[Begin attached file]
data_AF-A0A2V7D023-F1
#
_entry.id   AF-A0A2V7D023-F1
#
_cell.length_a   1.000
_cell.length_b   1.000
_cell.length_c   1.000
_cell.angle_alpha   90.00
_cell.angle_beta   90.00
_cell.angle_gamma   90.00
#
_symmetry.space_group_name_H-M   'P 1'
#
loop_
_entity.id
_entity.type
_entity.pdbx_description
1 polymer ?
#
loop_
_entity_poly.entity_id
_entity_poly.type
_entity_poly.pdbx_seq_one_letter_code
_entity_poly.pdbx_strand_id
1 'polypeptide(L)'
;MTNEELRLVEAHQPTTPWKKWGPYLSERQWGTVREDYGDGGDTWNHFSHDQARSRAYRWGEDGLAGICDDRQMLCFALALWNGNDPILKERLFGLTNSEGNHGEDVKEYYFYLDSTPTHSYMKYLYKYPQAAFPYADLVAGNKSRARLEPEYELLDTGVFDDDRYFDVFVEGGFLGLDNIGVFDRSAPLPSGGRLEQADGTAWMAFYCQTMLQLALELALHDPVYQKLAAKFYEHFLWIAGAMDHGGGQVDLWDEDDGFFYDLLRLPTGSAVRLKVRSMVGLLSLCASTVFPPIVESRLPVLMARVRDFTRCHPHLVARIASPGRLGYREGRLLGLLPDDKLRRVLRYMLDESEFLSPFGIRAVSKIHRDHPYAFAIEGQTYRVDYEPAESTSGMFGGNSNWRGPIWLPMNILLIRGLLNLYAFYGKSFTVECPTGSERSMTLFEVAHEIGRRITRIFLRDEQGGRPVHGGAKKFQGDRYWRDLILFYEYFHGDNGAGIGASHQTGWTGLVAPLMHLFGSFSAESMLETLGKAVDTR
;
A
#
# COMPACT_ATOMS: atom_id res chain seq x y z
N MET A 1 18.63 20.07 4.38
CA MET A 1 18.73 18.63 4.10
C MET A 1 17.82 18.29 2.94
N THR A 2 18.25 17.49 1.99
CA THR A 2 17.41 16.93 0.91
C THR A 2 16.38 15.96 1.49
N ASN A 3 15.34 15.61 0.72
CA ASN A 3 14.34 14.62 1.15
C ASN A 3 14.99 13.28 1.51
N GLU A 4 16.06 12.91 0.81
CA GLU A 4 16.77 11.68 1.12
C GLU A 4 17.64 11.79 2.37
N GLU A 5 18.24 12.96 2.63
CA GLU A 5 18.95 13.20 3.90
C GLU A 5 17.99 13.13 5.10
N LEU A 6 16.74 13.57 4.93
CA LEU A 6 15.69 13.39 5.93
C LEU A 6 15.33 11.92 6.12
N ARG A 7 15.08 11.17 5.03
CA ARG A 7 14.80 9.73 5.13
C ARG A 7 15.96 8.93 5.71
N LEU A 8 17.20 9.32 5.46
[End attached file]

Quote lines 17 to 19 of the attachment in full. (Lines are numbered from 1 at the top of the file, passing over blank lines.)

_entity.pdbx_description
1 polymer ?
#